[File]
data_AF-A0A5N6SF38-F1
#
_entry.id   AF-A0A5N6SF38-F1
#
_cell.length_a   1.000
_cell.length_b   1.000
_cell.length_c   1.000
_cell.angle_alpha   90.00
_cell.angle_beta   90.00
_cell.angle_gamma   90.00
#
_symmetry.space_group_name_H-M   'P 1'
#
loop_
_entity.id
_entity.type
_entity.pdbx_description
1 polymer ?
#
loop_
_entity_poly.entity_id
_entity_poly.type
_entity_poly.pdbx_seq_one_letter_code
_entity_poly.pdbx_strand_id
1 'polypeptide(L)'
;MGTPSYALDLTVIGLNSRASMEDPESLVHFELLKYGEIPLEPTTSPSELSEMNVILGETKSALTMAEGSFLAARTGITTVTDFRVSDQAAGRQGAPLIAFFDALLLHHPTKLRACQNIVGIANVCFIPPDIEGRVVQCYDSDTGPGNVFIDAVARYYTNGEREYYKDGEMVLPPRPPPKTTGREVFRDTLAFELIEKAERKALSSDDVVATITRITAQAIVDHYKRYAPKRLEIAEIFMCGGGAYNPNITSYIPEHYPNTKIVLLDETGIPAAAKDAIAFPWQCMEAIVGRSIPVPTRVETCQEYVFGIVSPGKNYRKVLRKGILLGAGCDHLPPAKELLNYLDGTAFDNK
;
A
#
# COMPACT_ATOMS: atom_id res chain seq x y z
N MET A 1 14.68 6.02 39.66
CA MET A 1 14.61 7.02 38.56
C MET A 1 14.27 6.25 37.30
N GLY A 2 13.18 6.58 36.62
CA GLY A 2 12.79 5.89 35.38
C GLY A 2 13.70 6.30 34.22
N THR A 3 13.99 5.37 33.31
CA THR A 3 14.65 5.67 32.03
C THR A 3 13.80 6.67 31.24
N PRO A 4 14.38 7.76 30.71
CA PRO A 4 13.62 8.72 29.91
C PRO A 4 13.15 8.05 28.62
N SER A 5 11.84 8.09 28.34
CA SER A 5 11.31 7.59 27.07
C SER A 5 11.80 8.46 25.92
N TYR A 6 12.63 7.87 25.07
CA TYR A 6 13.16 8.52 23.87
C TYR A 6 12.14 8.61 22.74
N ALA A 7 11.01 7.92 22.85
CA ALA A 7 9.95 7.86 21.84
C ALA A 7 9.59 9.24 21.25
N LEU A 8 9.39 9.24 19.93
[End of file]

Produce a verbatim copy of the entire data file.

data_AF-A0A5N6SF38-F1
#
_entry.id   AF-A0A5N6SF38-F1
#
_cell.length_a   1.000
_cell.length_b   1.000
_cell.length_c   1.000
_cell.angle_alpha   90.00
_cell.angle_beta   90.00
_cell.angle_gamma   90.00
#
_symmetry.space_group_name_H-M   'P 1'
#
loop_
_entity.id
_entity.type
_entity.pdbx_description
1 polymer ?
#
loop_
_entity_poly.entity_id
_entity_poly.type
_entity_poly.pdbx_seq_one_letter_code
_entity_poly.pdbx_strand_id
1 'polypeptide(L)'
;MGTPSYALDLTVIGLNSRASMEDPESLVHFELLKYGEIPLEPTTSPSELSEMNVILGETKSALTMAEGSFLAARTGITTVTDFRVSDQAAGRQGAPLIAFFDALLLHHPTKLRACQNIVGIANVCFIPPDIEGRVVQCYDSDTGPGNVFIDAVARYYTNGEREYYKDGEMVLPPRPPPKTTGREVFRDTLAFELIEKAERKALSSDDVVATITRITAQAIVDHYKRYAPKRLEIAEIFMCGGGAYNPNITSYIPEHYPNTKIVLLDETGIPAAAKDAIAFPWQCMEAIVGRSIPVPTRVETCQEYVFGIVSPGKNYRKVLRKGILLGAGCDHLPPAKELLNYLDGTAFDNK
;
A
#
# COMPACT_ATOMS: atom_id res chain seq x y z
N MET A 1 14.68 6.02 39.66
CA MET A 1 14.61 7.02 38.56
C MET A 1 14.27 6.25 37.30
N GLY A 2 13.18 6.58 36.62
CA GLY A 2 12.79 5.89 35.38
C GLY A 2 13.70 6.30 34.22
N THR A 3 13.99 5.37 33.31
CA THR A 3 14.65 5.67 32.03
C THR A 3 13.80 6.67 31.24
N PRO A 4 14.38 7.76 30.71
CA PRO A 4 13.62 8.72 29.91
C PRO A 4 13.15 8.05 28.62
N SER A 5 11.84 8.09 28.34
CA SER A 5 11.31 7.59 27.07
C SER A 5 11.80 8.46 25.92
N TYR A 6 12.63 7.87 25.07
CA TYR A 6 13.16 8.52 23.87
C TYR A 6 12.14 8.61 22.74
N ALA A 7 11.01 7.92 22.85
CA ALA A 7 9.95 7.86 21.84
C ALA A 7 9.59 9.24 21.25
N LEU A 8 9.39 9.24 19.93